And in the Apex Studios in New York - not Prestige's home studio - two groups, mostly the same musicians, one with Miles Davis as leader and one with Sonny Rollins.

As bebop was bopping its last throes at Birdland, Miles Davis was in the studio, doing his bit to help
it along. Now, it is not my intention to draw a series of lines in the sand -- bebop here, hard bop here, cool school here. I couldn't if I wanted to, and I wouldn't want to anyway. My belief is that the great strength of the American Century in music lay in its blurred lines. The dialog was ongoing and insistent, the voices sometimes clashing, sometimes harmonizing, but always in the family. That's why Paul Williams was able to take Bird's "Now's the Time" riff and interpret it as the rhythm and blues classic "The Hucklebuck," why Ornette Coleman would learn his trade playing rhythm and blues, why the subtle drum master of the MJQ, Connie Kay, was able to propel the rock 'n roll sessions at Atlantic Records, why Charlie Parker could play with Machito, Danny Barker could play with everyone from Eubie Blake to Charlie Parker and Garvin Bushell from Fletcher Henderson to Eric Dolphy, In this session, Rollins is playing solidly within the bebop tradition -- and so are the others, even John Lewis, who had been with Miles for Birth of the Cool and was shortly to chart his own independent course. But Miles, particularly on "Morpheus," is going very much in the direction he had started to chart with the nonet.
And this doesn't make for a mismatch. All these musicians are on the same page, albeit with sometimes different calligraphy. That's the beauty of a small group framework with strong individual soloists -- each can add a different voice. And one would be remiss not to comment on the work of  yet another important hand on Morpheus -- Roy Haynes.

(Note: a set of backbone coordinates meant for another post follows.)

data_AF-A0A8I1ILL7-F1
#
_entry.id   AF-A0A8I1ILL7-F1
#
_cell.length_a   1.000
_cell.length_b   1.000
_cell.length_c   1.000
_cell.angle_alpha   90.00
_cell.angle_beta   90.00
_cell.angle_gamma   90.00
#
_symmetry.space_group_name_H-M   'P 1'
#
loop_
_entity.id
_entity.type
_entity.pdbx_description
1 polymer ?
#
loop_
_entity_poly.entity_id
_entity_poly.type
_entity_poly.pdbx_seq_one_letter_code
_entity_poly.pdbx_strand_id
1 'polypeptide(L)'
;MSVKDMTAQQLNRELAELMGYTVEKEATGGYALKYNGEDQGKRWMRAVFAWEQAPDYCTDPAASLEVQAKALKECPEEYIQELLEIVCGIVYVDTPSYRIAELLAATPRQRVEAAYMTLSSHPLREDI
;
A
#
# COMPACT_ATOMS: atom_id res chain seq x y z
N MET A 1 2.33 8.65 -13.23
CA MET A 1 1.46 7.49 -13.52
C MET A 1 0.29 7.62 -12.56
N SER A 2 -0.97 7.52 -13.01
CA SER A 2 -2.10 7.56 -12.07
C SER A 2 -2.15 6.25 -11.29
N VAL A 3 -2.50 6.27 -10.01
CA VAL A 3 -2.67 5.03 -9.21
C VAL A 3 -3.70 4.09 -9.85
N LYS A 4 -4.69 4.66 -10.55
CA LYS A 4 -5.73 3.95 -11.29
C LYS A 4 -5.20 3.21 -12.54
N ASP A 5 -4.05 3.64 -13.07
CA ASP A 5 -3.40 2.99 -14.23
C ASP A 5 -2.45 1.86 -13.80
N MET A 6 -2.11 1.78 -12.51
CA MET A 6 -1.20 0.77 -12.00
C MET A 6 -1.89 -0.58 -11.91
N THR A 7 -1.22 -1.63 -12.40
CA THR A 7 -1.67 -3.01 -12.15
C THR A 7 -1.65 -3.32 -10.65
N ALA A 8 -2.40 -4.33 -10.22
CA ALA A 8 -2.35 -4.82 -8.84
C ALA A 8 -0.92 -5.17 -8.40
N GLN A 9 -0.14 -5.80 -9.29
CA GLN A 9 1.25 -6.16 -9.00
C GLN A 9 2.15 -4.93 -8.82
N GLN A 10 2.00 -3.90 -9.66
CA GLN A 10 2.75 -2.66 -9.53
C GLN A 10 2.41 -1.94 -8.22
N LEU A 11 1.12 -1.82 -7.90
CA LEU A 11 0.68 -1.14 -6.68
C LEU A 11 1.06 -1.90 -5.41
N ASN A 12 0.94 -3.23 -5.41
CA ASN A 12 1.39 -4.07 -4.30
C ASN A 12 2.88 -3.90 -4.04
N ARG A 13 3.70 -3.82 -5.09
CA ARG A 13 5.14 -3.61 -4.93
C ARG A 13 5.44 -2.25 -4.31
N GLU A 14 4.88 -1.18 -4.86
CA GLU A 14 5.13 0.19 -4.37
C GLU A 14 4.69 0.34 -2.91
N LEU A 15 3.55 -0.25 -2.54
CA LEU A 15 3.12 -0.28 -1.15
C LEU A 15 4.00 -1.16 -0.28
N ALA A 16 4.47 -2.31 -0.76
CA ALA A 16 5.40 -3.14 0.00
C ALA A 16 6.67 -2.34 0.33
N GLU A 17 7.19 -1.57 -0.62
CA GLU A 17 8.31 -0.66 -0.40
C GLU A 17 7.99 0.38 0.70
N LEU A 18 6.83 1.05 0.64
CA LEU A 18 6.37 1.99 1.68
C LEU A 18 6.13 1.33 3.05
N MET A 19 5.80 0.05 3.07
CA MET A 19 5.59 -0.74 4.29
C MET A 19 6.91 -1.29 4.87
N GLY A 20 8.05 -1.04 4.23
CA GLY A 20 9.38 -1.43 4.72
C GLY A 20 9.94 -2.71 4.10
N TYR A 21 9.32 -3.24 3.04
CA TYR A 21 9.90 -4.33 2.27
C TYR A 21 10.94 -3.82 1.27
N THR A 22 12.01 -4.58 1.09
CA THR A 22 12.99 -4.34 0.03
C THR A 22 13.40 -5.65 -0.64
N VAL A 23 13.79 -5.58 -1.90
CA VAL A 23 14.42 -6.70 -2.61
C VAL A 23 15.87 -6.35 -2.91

Even in jazz, where the melody gets left behind quickly for the uncharted roads of improvisation, a good melody matters a whole lot. "The Blue Room" is a 1926 composition by Rodgers and Hart, most notably recorded before this by the Dorsey Brothers, Benny Goodman and Perry Como, is given a new look by Miles (no Rollins on these two cuts), and he makes it achingly beautiful on both takes. He goes back even farther in time for "Whispering," a 1920 composition by Vincent Rose (best known for "Avalon" and "Blueberry Hill"), and brings it beautifully into the modern era, too.

The last cut on the January 17th session (at Apex Studios rather than Prestige's home base, where Tom Dowd was an engineer, though it's not known if he did this session) featured Sonny Rollins as leader of a quartet with Heath and Haynes, and Miles Davis on piano. A side thought -- who else has recorded on both trumpet and piano? Mose Allison comes to mind...any others?

It seems to have just been tossed in, although it's a terrific recording. Prestige never released it as a single, but included it later on a 10-inch LP, PRLP 137, which is basically an entirely different session which we'll get to later.

The Davis tunes were released on two 78s,734 and 742; on an EP, PREP 1320, on a couple of 10-inch LPs, one a trumpet compilation and one called Miles Davis Blue Period. All of these cuts appeared later on 7000-series LPs, including "The Blue Room" on an LP called Miles Davis and John Coltrane Play Richard Rodgers.